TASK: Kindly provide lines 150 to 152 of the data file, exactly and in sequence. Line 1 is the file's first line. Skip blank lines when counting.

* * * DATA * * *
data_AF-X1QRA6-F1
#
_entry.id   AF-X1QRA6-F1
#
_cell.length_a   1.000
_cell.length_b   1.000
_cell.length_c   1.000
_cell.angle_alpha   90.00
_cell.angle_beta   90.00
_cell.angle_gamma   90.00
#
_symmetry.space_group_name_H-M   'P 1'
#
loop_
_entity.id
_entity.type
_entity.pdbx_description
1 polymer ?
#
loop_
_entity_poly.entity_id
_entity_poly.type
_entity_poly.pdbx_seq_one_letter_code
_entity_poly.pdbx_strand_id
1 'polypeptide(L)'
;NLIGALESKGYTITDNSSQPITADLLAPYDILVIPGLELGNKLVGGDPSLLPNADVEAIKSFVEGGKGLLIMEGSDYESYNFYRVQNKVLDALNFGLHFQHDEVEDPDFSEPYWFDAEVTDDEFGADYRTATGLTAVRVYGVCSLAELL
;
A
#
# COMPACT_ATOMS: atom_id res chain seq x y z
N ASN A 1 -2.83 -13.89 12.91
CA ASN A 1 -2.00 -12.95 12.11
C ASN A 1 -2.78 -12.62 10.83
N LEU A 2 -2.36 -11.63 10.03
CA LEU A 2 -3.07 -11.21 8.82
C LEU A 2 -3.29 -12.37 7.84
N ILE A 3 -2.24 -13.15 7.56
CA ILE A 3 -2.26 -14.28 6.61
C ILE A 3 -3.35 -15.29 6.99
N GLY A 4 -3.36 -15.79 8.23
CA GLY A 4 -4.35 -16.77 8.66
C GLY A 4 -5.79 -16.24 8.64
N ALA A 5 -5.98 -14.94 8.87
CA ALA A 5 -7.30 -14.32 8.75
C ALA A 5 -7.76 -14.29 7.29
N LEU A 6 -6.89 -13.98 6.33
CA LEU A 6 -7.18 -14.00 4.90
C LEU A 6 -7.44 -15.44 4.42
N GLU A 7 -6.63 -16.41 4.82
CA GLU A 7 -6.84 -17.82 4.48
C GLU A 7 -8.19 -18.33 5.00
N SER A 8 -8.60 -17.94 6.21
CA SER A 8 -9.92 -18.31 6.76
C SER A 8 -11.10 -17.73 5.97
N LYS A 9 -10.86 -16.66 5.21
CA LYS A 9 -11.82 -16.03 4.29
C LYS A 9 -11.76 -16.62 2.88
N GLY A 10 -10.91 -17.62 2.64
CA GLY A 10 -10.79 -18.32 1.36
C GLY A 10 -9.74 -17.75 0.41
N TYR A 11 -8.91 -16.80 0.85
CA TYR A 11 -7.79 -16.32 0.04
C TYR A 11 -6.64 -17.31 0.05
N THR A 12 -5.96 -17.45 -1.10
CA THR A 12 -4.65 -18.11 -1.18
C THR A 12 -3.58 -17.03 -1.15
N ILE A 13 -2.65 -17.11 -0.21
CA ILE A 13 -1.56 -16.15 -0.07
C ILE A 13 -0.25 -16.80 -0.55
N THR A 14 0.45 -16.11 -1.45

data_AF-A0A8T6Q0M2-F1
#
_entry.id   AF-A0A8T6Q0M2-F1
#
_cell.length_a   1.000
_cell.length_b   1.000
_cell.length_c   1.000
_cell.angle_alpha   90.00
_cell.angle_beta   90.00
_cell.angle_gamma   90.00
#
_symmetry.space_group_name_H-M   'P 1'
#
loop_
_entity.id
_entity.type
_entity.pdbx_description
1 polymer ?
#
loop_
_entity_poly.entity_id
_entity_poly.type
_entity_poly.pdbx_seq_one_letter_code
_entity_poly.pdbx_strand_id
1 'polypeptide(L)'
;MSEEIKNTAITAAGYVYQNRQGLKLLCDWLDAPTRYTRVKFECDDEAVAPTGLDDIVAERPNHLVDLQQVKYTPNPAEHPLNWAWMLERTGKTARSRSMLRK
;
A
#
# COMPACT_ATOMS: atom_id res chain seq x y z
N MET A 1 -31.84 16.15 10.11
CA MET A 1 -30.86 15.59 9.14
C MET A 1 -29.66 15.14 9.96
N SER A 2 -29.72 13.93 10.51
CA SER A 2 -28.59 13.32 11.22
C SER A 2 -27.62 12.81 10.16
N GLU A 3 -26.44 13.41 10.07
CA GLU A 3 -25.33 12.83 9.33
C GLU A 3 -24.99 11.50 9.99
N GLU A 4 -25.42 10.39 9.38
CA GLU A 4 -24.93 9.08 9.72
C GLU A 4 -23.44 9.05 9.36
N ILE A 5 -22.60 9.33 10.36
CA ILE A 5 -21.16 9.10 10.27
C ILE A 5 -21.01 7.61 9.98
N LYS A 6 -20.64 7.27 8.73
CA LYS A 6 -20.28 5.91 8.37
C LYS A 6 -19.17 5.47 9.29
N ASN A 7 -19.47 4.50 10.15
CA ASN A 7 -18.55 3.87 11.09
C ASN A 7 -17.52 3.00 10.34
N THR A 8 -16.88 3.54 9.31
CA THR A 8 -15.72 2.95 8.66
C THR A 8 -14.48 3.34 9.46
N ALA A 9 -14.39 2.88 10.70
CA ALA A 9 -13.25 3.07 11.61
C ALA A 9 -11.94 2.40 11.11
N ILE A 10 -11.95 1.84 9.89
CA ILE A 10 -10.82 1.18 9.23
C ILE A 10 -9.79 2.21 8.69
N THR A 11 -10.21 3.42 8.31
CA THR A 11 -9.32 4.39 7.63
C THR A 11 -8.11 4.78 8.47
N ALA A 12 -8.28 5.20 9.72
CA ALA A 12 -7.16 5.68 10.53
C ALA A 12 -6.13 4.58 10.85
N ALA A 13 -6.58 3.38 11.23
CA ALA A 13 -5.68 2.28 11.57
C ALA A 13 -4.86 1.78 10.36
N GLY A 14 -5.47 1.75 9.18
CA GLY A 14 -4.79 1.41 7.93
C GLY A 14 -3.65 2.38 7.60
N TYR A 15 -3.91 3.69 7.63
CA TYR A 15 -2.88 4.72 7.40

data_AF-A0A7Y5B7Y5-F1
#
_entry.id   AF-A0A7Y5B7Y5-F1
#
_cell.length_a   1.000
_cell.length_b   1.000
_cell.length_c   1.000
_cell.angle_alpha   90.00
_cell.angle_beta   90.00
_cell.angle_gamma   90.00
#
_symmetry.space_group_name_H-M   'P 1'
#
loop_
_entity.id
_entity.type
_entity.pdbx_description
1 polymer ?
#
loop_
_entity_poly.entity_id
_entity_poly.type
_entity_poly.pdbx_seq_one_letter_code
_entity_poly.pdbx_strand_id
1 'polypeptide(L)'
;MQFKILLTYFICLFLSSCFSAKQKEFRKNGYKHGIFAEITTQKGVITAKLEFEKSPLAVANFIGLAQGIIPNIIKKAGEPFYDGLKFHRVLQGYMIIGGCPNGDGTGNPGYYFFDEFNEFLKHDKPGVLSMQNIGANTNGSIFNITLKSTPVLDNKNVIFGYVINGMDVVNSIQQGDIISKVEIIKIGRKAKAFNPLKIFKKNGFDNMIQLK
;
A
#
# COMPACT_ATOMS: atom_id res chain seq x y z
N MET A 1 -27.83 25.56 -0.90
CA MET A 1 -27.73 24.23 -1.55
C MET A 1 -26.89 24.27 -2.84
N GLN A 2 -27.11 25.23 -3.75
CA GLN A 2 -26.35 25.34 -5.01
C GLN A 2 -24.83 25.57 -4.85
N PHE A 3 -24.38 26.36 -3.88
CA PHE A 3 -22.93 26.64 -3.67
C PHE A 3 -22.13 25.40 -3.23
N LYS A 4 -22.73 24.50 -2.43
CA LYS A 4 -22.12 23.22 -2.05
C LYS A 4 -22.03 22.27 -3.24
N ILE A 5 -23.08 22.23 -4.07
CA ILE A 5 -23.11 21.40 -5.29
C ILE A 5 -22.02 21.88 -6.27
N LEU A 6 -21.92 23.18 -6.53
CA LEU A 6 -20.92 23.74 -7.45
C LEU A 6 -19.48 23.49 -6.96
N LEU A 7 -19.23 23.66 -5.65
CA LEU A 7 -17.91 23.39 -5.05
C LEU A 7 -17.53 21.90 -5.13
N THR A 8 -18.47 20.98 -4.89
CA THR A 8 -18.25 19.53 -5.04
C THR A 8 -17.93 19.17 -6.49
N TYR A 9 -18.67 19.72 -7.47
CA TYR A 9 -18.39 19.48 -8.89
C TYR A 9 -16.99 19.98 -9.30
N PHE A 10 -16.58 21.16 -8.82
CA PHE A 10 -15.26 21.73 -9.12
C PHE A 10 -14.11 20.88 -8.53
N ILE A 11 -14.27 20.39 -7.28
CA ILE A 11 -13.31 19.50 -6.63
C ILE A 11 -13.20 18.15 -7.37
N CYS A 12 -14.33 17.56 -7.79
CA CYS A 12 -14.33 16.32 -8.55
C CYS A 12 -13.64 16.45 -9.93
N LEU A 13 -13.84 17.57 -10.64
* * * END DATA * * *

_cell.length_b   1.000
_cell.length_c   1.000
_cell.angle_alpha   90.00